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Tuesday, June 24, 2014

Comments on Housing and the New Home Sales report

by Calculated Risk on 6/24/2014 01:39:00 PM

In early May I wrote: What's Right with Housing? I concluded with "Housing is a slow moving market - and the recovery will not be smooth or fast with all the residual problems.  But overall housing is clearly improving and the outlook remains positive for the next few years."

Here are a few positive updates:

1) Existing home sales were down 5.0% year-over-year in May.  This is good news because the decline is due to fewer foreclosures and short sales.

2) Mortgage delinquencies are down sharply.  See: Black Knight: Mortgage Loans in Foreclosure Process Lowest since July 2008 and Fannie Mae and Freddie Mac: Mortgage Serious Delinquency rate declined in April

3) The impact from rising mortgage rates is mostly behind us.  In fact, mortgage rates are now down year-over-year.  On June 23, 2013, 30 year mortgage rates were at 4.49%.  On June 23, 2014, 30 year fixed rates were at 4.18%.

4) Existing home inventory is increasing, and house price increases are slowing. Sometimes rising inventory is a sign of trouble (I was pointing to this in 2005), but now inventory is so low that it is a positive that inventory is increasing. This will also slow house price increases (I think that will be a positive for housing too - a more normal market).

Overall the housing recovery is ongoing and should continue.

Also this morning the Census Bureau reported that new home sales were at a seasonally adjusted annual rate (SAAR) of 504 thousand in May. That is the highest level since May 2008. As usual, I don't read too much into any one report.  In fact, through May this year, sales were 196,000, Not seasonally adjusted (NSA) - only up 2% compared to the same period in 2013 - not much of an increase.

This was a disappointing start to the year, probably mostly due to higher mortgage rates and higher prices.   Also there were probably supply constraints in some areas and credit remains difficult for many potential borrowers.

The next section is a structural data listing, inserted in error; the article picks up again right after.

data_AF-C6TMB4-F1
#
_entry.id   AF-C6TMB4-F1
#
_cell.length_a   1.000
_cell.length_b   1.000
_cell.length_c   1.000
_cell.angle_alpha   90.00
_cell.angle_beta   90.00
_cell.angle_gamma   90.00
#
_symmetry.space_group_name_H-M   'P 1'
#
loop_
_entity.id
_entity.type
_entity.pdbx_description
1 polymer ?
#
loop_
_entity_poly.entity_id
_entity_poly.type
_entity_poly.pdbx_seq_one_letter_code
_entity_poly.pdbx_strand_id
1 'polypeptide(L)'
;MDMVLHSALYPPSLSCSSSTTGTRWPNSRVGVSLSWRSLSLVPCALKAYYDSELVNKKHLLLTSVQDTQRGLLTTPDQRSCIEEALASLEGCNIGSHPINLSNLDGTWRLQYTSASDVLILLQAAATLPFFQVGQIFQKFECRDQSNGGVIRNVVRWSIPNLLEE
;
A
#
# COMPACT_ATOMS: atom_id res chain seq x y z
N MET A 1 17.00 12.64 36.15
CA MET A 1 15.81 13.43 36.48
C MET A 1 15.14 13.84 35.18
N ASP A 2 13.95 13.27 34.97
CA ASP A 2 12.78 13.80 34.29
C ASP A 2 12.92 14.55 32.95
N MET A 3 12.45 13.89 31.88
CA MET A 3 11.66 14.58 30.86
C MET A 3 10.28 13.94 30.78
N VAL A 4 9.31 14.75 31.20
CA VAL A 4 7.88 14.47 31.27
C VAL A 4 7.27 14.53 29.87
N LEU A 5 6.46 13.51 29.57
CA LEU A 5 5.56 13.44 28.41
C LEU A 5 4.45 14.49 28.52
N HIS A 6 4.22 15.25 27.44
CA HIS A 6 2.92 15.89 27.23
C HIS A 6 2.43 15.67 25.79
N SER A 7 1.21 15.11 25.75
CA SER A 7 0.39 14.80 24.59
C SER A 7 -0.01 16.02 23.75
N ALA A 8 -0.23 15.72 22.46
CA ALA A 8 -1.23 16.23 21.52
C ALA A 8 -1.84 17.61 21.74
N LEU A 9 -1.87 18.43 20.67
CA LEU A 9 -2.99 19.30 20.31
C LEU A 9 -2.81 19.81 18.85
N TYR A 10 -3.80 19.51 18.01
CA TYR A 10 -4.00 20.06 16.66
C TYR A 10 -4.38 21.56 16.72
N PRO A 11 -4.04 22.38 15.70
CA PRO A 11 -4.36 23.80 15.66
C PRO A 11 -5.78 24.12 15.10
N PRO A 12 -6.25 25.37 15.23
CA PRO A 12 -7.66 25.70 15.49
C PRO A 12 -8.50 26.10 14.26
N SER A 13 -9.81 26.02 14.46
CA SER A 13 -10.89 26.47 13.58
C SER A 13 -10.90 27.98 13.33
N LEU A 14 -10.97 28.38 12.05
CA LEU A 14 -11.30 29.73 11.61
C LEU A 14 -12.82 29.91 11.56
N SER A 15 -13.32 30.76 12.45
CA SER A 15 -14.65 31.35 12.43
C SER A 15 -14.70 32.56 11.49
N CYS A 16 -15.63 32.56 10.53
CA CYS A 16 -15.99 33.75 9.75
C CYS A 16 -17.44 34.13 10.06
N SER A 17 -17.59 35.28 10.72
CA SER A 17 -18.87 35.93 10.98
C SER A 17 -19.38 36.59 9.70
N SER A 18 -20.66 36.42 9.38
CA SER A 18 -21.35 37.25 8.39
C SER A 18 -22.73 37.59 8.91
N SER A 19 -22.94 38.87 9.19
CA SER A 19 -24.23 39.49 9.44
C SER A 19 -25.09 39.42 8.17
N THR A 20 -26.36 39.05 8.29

Also early 2013 was a difficult comparison period. Annual sales in 2013 were up 16.3% from 2012, but sales in the first five months of 2013 were up 23% from the same period in 2012!

New Home Sales 2013 2014Click on graph for larger image.

This graph shows new home sales for 2013 and 2014 by month (Seasonally Adjusted Annual Rate).

The comparisons to last year will be a little easier starting in July, and I still expect to see solid year-over-year growth later this year.

And here is another update to the "distressing gap" graph that I first started posting several years ago to show the emerging gap caused by distressed sales.  Now I'm looking for the gap to close over the next few years.

Distressing GapThe "distressing gap" graph shows existing home sales (left axis) and new home sales (right axis) through May 2014. This graph starts in 1994, but the relationship has been fairly steady back to the '60s.

Following the housing bubble and bust, the "distressing gap" appeared mostly because of distressed sales.

I expect existing home sales to mostly move sideways (distressed sales will slowly decline and be offset by more conventional / equity sales).  And I expect this gap to slowly close, mostly from an increase in new home sales.

Distressing Gap RatioAnother way to look at this is a ratio of existing to new home sales.

This ratio was fairly stable from 1994 through 2006, and then the flood of distressed sales kept the number of existing home sales elevated and depressed new home sales. (Note: This ratio was fairly stable back to the early '70s, but I only have annual data for the earlier years).

In general the ratio has been trending down - and is currently at the lowest level since November 2008.  I expect this ratio to continue to trend down over the next several years as the number of distressed sales declines and new home sales increase. 

Note: Existing home sales are counted when transactions are closed, and new home sales are counted when contracts are signed. So the timing of sales is different.